interview with the Associated Press, said that if the world wants to eradicate world hunger, then
the international community needs to explore ways to end the fact that 19 countries are currently
engaged in “protracted conflict” plaguing nations from the continent of Africa to the Middle
East. The downside to these conflicts is that they drain approximately 80 percent of WFP funds,
as the U.N. global food agency must provide the necessary resources for civilians trapped in the
throes of war.
Moreover, Mr. Beasley asserted, that finding solutions to conflict would allow funding to be
diverted to necessary global infrastructure projects stimulating economic growth in many
developing countries. Further, reaching Sustainable Development Goal #2 is unattainable if
conflict persists. “Zero hunger by 2030? It’s a joke without ending conflicts,” Beasley contends.
The number of people globally facing extreme hunger rose last year from 777 million to 815
million. The increase is directly attributable to ongoing conflicts. Beasley stated that “It’s a
disgrace on humanity, the number of innocent victims of conflict, children, that are starving to
death because of nothing but man-made conflict.”
The U.N. food agency head was also interviewed by ’60 Minutes’ for a segment titled,
“Catastrophe.” The piece examined how the Yemeni civil war threatens 7 million people and has
brought them to the “brink of starvation.” Saudi Arabia’s blockade of Yemen further escalates
the tensions in this region. The blockade was instituted following an attack by Shiite Houthi
rebels backed by Iran. The global pressure upon Saudi Arabia to confine the blockade to rebel-
held areas has done little to alleviate the plight of the Yemeni civilian population.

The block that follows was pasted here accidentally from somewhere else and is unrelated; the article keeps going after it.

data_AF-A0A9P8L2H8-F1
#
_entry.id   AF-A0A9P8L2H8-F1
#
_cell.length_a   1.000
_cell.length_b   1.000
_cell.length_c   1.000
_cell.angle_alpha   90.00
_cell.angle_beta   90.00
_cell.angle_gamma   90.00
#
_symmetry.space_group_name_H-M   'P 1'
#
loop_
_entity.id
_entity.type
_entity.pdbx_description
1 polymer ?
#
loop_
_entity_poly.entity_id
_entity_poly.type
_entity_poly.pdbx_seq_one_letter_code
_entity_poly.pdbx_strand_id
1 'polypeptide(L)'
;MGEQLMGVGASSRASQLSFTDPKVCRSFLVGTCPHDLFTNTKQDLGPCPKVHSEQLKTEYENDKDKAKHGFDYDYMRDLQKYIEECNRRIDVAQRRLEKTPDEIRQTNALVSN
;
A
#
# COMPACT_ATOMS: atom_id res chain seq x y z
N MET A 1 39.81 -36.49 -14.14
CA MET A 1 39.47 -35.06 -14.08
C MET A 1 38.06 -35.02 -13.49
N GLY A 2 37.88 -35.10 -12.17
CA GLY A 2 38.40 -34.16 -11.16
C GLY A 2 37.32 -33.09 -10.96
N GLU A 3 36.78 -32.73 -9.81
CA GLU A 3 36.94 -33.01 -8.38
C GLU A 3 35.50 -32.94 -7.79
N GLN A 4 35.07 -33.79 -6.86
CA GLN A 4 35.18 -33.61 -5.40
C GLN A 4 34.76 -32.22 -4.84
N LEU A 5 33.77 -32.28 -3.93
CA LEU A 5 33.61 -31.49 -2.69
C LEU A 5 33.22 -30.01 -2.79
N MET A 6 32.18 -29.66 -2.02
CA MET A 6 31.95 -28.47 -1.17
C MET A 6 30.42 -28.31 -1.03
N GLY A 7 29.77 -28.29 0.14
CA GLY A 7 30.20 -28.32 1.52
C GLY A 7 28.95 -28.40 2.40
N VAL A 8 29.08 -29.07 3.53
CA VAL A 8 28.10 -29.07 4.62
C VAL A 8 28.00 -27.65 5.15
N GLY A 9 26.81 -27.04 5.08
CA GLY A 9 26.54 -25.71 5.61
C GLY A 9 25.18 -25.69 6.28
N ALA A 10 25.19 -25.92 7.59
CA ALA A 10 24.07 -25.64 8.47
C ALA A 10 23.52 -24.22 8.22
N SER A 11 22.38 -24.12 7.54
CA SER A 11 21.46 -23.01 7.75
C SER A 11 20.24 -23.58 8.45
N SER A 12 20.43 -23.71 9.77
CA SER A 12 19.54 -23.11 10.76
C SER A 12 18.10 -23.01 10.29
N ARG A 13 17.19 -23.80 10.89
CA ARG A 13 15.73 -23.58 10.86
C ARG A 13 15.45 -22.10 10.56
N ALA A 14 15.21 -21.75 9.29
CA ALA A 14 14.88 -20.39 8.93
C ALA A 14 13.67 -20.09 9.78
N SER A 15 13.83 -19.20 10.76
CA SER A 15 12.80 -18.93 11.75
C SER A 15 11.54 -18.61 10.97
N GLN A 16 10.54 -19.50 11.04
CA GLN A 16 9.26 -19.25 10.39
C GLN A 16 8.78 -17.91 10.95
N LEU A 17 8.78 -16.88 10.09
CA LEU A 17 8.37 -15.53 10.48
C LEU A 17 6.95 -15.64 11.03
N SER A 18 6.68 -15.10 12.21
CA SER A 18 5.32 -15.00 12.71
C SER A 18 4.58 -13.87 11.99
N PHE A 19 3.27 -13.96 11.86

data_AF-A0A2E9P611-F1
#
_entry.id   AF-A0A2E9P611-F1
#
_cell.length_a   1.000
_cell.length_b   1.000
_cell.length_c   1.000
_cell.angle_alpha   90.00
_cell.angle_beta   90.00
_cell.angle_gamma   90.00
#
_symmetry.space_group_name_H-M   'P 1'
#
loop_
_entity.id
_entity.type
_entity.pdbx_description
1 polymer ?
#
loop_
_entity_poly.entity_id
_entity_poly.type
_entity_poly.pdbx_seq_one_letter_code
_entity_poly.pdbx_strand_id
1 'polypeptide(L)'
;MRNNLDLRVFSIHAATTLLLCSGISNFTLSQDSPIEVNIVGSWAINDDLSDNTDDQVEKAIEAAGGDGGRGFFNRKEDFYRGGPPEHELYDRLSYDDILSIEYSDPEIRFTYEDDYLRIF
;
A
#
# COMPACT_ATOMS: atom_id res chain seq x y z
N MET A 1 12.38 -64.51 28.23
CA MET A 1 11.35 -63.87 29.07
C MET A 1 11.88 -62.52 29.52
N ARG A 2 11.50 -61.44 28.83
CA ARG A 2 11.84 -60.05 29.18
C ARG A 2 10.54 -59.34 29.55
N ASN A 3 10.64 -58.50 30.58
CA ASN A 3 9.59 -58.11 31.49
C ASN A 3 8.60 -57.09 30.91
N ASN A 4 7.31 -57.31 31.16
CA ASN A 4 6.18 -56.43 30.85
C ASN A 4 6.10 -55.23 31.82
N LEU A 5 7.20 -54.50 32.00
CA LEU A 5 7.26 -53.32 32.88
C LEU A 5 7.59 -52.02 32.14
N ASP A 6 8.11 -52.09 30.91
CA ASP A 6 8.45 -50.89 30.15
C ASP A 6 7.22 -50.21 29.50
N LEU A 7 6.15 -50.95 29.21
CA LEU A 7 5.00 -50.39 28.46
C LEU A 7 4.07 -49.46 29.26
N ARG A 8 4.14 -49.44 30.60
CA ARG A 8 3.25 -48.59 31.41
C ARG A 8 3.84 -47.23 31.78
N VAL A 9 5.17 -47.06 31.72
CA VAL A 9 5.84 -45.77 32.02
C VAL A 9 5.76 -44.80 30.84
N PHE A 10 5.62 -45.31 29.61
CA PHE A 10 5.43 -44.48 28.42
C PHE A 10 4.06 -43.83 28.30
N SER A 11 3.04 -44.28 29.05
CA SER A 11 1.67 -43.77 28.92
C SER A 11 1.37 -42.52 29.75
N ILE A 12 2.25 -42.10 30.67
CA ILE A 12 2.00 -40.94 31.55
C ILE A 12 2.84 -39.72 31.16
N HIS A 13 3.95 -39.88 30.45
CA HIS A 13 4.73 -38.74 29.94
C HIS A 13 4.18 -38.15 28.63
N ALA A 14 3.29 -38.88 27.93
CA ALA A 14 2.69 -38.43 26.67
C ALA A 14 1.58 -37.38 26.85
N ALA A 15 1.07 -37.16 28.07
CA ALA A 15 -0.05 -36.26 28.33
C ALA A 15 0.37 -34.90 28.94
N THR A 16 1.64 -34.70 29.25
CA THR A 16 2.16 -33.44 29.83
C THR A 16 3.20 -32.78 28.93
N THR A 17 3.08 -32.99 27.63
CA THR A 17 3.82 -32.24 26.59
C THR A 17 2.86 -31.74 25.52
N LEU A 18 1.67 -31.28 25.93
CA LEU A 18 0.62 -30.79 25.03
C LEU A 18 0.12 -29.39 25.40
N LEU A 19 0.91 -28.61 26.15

In addition, news from this conflict is scarce due to the Saudis ban on journalists entering the
area. The ’60 Minutes’ crew was able to capture the horrible images of emaciated children who
have become the silent victims in this civil war.
Mr. Beasley indicated that if the required financial resources are not received soon, the result
will surely be an outbreak of famine where he estimates that “125,000 little girls and boys will
die.” The Saudis do not want the world to view these horrifying images and the humanitarian
crisis mainly wrought by the Saudi-led coalition that has seen the deaths of some 3,000 civilians.
The use of food as a weapon of war is deplorable, but unfortunately it is an all too common tactic
utilized by parties to a conflict. The blocking of relief supplies is a violation of international
humanitarian law – the law of armed conflict. The legal basis for this can be found in Additional
Protocol I (API) to the 1949 Geneva Convention.
Former U.N. Secretary-General Ban Ki-moon, when speaking about the crisis in Syria last year,
stated “The use of starvation as a weapon of war is a war crime.” The challenge is eventually
prosecuting the perpetrators for such crimes.
Further exacerbating an already dire situation in Yemen is the cholera epidemic. The lack of
proper sanitation and water treatment facilities has caused this health emergency. The greatest
obstacle facing aid workers is garnering access to those in need.
The mission of the WFP is to provide food assistance to vulnerable populations. Its largest
contributor, the United States, allows for the U.N. food agency to feed 90 million people in more
than 73 countries. The food insecurity-conflict nexus presents significant challenges to the WFP.
Estimates indicate that 2 billion people in 2016 were residing in states afflicted by conflict and
violence. Fragile states create national security concerns. Moreover, the number of internally
displaced persons (IDPs) has grown exponentially due to ongoing conflicts.
Conflict and food insecurity threatens entire generations of young people. It is incumbent upon
the international community to develop ways to locate the root causes of these conflicts for the
most innocent amongst us – our children.